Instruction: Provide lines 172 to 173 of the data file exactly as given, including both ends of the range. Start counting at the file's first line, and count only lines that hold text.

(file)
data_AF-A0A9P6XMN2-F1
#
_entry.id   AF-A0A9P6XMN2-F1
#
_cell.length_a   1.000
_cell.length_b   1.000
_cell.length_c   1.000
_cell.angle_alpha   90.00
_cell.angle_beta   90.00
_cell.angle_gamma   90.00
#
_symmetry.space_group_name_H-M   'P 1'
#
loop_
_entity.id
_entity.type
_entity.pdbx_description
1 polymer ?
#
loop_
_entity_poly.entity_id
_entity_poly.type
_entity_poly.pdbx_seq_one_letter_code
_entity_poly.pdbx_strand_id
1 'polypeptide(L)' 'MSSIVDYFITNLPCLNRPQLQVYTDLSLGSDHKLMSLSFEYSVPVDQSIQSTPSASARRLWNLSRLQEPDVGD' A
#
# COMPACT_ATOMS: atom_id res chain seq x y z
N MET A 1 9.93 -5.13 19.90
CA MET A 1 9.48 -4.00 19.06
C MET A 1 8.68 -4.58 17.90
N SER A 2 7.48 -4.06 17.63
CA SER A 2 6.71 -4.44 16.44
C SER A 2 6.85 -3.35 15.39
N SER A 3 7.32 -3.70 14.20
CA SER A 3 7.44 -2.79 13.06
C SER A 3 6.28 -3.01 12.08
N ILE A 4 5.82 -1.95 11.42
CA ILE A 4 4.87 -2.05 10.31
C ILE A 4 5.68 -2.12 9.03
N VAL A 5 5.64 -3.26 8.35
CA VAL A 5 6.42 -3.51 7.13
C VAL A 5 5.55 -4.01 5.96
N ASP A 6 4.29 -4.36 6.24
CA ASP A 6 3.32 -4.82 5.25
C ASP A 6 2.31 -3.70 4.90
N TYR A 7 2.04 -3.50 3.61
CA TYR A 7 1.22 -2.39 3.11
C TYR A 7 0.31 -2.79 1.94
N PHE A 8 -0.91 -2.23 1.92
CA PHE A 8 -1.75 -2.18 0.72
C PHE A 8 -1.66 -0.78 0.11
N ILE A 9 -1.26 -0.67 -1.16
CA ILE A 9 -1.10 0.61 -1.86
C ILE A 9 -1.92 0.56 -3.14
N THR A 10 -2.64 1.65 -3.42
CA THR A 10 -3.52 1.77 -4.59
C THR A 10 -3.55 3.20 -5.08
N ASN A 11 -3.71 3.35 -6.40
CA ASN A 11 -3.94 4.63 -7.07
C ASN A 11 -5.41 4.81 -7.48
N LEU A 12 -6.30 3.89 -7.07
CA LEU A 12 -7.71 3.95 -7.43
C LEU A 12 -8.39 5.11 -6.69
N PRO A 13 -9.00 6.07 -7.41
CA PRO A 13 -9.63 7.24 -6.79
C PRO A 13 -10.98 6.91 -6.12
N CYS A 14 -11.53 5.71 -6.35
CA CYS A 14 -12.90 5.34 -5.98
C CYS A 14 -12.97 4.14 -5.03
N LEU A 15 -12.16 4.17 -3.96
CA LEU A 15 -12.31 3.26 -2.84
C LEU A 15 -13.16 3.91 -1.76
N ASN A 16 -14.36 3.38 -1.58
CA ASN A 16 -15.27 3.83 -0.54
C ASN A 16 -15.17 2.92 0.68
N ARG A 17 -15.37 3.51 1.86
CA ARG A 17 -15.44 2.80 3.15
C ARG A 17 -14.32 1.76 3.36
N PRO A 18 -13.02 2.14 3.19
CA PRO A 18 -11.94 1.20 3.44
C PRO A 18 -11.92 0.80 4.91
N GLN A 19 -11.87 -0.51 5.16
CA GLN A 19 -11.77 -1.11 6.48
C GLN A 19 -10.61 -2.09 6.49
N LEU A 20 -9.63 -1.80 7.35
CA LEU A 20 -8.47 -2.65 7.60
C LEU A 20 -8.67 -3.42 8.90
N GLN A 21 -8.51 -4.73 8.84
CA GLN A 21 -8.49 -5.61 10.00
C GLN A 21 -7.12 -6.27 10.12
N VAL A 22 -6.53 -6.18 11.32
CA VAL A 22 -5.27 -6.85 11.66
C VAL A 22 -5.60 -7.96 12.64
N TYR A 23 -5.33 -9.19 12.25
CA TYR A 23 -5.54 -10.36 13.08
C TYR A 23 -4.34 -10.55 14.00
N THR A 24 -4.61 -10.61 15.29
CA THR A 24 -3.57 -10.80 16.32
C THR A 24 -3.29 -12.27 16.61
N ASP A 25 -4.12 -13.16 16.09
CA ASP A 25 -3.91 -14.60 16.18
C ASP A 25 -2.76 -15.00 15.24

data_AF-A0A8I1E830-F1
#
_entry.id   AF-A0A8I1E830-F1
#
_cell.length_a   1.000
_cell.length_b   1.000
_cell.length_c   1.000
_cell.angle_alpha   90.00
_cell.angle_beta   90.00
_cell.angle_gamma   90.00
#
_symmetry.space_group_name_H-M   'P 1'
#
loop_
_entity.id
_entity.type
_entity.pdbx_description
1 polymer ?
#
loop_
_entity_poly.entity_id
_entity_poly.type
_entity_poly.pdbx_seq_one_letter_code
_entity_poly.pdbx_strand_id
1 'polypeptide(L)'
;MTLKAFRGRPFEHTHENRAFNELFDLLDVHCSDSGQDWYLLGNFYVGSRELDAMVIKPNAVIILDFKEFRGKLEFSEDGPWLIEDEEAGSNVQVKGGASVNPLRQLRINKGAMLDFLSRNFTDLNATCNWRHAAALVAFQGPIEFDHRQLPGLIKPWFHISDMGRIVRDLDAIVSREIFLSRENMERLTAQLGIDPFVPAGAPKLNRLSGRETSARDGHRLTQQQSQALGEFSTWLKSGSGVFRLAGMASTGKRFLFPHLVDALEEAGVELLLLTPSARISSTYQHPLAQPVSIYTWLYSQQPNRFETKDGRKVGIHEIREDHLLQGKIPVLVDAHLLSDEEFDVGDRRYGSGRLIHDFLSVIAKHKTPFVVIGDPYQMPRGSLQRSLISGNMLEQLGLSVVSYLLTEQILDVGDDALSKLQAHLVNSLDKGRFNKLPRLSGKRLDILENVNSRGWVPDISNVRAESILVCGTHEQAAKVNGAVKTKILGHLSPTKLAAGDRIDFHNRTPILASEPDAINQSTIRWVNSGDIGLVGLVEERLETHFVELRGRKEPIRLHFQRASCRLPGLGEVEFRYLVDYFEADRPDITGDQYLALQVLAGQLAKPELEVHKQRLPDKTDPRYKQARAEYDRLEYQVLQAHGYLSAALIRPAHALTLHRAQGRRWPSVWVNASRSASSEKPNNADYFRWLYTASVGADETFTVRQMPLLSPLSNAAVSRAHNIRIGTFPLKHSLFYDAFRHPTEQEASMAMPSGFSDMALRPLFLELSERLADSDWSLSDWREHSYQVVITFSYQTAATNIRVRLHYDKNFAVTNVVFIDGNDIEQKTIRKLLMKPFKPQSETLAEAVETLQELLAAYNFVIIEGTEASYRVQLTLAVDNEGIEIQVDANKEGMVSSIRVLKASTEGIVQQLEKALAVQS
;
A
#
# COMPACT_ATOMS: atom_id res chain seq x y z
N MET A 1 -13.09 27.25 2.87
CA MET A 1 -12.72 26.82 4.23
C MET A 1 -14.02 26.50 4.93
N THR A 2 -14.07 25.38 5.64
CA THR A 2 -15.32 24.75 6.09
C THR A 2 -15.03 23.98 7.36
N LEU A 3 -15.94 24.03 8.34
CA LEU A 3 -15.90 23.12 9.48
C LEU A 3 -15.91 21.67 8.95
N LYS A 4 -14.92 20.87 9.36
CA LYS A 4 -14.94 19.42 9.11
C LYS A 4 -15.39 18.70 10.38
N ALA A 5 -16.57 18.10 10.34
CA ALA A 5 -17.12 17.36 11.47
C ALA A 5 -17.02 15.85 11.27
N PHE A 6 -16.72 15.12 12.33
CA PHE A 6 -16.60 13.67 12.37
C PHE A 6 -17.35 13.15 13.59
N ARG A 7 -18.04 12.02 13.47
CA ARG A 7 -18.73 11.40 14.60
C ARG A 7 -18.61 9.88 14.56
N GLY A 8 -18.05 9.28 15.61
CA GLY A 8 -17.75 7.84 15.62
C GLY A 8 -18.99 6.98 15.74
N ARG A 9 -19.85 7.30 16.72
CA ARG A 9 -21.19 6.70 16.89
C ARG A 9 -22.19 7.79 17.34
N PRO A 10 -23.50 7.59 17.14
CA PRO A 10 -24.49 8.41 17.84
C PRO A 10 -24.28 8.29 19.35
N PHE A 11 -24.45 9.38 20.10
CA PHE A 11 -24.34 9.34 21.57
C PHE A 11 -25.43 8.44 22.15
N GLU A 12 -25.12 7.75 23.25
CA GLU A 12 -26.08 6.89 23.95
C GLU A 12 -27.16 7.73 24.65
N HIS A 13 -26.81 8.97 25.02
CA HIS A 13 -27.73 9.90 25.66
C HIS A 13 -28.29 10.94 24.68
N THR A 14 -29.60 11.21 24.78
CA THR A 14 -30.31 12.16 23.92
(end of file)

N THR A 14 -29.60 11.21 24.78
CA THR A 14 -30.31 12.16 23.92